Buying an existing business can be an exciting and profitable move. But, you should beware of the risks of buying a business that’s already up and running. Yes, as a buyer, you need to know some of the costly mistakes you should avoid in such a business decision. It helps you in making informed decisions to protect you from possible financial losses, legal implications, and interpersonal constraints later in your business.
Let us highlight some of the blunders you should look out for when buying an existing business.
Improper due diligence
Just because business looks successful, it does not mean it is without problems. So, before committing to buy a business, do a solid job in analyzing the business top to bottom. Look at what the business owns, what it has leased, and what it owes, and the likes. You may be surprised to find that a business that looks successful has issues with unpaid bills, or rent and pretty much lots of debt. You have to do proper due diligence before buying an existing business. You will not only familiarize yourself with the company’s assets but also know its liabilities. This will go a long way in informing your decisions before and after purchase.
Paying for future business potential
Some entrepreneurs selling will tend to trade their businesses on the basis of the future projected value. They project the future value by forecasting future growth and profit margins. Paying for business potential is like rewarding the business seller for hard work that you will put in growing the business. Moreover, just because business looks like it has future potential, it may not be so when you take it over. Change in management can affect it negatively. Further, external factors like competition, declining industry, and market fluctuations can also affect your future.
Investing in the wrong business
Buying a business is a considerable investment, and you do not want to put such a fortune in the wrong business. The business you want to buy could be successful, but it does not mean that it is right for you. You may end up being unable to run it because of insufficient knowledge and skill. Also, your personality and interests may not suit the venture and this could render the business unsuccessful.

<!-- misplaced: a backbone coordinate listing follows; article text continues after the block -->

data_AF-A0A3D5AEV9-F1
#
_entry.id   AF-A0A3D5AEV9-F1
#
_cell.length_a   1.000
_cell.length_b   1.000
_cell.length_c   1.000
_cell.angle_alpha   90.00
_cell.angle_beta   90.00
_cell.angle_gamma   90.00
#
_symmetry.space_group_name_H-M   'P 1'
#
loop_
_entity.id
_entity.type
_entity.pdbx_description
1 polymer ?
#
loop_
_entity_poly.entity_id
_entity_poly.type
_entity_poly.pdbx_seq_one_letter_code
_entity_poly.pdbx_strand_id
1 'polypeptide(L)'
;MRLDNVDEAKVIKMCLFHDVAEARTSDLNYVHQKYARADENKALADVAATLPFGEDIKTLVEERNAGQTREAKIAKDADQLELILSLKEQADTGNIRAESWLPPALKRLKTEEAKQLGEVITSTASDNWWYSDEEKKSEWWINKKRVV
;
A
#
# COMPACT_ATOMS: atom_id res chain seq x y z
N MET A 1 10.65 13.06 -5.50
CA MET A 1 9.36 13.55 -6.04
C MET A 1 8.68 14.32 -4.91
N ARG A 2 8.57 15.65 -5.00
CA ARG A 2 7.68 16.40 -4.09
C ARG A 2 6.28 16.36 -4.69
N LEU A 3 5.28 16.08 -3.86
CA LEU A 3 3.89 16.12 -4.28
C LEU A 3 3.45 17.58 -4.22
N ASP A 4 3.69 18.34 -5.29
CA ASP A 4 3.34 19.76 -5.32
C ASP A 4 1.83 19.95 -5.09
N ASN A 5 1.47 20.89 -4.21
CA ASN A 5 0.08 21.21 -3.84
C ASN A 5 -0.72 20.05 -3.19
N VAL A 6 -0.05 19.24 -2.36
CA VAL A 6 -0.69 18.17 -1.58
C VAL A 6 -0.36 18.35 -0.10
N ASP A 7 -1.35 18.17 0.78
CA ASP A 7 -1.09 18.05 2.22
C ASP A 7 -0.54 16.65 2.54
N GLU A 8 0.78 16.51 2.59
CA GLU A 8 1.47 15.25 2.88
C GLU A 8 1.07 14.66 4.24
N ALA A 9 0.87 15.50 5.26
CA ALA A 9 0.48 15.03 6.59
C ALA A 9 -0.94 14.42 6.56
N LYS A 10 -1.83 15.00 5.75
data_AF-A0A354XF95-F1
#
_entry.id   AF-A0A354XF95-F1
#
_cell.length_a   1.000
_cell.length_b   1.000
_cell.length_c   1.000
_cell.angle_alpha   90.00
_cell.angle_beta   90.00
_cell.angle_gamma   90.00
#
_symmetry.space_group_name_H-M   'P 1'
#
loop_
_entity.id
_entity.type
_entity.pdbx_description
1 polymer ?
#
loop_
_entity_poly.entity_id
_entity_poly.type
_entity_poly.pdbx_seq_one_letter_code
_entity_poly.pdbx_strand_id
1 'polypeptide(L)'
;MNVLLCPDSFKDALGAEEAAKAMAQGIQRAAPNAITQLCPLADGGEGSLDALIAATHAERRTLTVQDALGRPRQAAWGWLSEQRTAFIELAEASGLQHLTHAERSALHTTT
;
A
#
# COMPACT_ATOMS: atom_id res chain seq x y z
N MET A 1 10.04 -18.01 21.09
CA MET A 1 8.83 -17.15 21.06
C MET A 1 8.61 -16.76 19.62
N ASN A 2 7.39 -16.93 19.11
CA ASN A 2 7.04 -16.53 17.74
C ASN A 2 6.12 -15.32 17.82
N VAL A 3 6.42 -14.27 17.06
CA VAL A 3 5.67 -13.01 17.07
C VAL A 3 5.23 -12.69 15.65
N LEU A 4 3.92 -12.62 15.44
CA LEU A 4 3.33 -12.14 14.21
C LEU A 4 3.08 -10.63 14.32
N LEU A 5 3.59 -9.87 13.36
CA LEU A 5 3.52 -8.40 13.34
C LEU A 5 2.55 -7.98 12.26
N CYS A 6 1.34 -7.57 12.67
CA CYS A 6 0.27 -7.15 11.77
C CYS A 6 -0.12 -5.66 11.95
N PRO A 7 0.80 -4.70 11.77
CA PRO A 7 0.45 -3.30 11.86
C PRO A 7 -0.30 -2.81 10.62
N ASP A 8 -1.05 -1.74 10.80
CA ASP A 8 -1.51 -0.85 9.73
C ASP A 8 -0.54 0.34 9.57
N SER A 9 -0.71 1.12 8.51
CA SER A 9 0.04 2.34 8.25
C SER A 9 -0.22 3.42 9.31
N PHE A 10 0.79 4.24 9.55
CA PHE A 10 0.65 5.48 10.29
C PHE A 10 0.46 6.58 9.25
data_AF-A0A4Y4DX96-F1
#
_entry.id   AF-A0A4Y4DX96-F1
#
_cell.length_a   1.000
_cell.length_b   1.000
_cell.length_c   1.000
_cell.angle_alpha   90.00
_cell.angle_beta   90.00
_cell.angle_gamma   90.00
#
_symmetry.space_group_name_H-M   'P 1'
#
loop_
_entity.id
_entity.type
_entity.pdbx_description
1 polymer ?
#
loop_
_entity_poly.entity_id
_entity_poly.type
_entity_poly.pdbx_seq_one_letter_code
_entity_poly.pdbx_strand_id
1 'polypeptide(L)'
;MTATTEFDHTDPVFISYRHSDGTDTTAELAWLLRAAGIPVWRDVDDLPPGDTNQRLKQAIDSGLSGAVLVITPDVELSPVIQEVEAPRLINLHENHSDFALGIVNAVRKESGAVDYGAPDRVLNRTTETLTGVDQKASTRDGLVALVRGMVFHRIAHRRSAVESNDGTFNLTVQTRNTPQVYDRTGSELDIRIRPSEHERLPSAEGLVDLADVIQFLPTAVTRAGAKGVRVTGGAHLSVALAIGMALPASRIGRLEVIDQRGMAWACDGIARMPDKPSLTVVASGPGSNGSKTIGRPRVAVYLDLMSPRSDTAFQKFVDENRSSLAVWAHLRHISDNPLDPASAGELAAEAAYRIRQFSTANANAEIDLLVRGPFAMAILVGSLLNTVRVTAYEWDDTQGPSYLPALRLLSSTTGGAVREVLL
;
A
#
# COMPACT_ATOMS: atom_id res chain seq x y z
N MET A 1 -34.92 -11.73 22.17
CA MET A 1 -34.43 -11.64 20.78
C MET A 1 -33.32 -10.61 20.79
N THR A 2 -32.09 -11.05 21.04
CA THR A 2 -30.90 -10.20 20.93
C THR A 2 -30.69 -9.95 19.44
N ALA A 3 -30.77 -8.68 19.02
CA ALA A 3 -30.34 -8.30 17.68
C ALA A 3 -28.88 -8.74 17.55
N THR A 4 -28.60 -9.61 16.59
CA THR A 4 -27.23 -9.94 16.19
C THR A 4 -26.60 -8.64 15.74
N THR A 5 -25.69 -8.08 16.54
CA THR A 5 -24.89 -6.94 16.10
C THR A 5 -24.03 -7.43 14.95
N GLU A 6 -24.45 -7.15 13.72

Ignoring the tax implications of the existing business
Any business, regardless of its size, has tax implications to the buyer. However, an unincorporated business usually has fewer tax implications compared to corporate business. The tax implication range from things like tangible assets, employment tax, and local and state taxes, etc. Therefore, before you buy an existing business, hire resourceful tax attorneys to review the seller’s financial documentation, and federal, state, and local tax returns. If you fail to undertake this critical step, years after purchase, your business could be at risk of tax liabilities.
Signing the business agreements and contacts in your name
As an existing business buyer, do not sign any document on that business with your name. Signing with your name could mean that you are assuming personal liability for the business. This is risky because if anything happens, it means that personal assets are not protected. You better set the business as a limited liability company or corporation, where personal assets are not at high risk.
Exceeding your purchase budget
Do not buy a business that has over exceeded your budget. You still need money to reserve and to cater for the business expenses after purchase. Stick to your budget when buying a business to avoid debts that could lead your business into financial constraints.
Modifying the business too fast
After buying an existing business, you are bound to make tweaks. That said, go slow on changes as you learn. Existing employees and customers may be used to a specific way of doing things. So, when you change it abruptly, they may retaliate. You may lose existing customers as they would view the business differently. Take baby steps on matters modifications and listen to the employee’s opinions on the same. It is also important to keep carrying out your business operations with the current employees as they are the most familiar with the business. This will save you training time and extra costs.
Managing the business alone
Do not assume that simply because you are knowledgeable and have skills, you do not need help in running your newly acquired business. Give an ear to other people’s opinions, advice, and information as they may help you in making significant decisions that affect the new business.
The bottom line is that before buying an existing business, analyze the venture keenly, and approach the process in an organized way to avoid mistakes that could lead to costly losses. Ensure you have professionals who can help ensure you buy the right enterprise with little baggage that will haunt you afterward.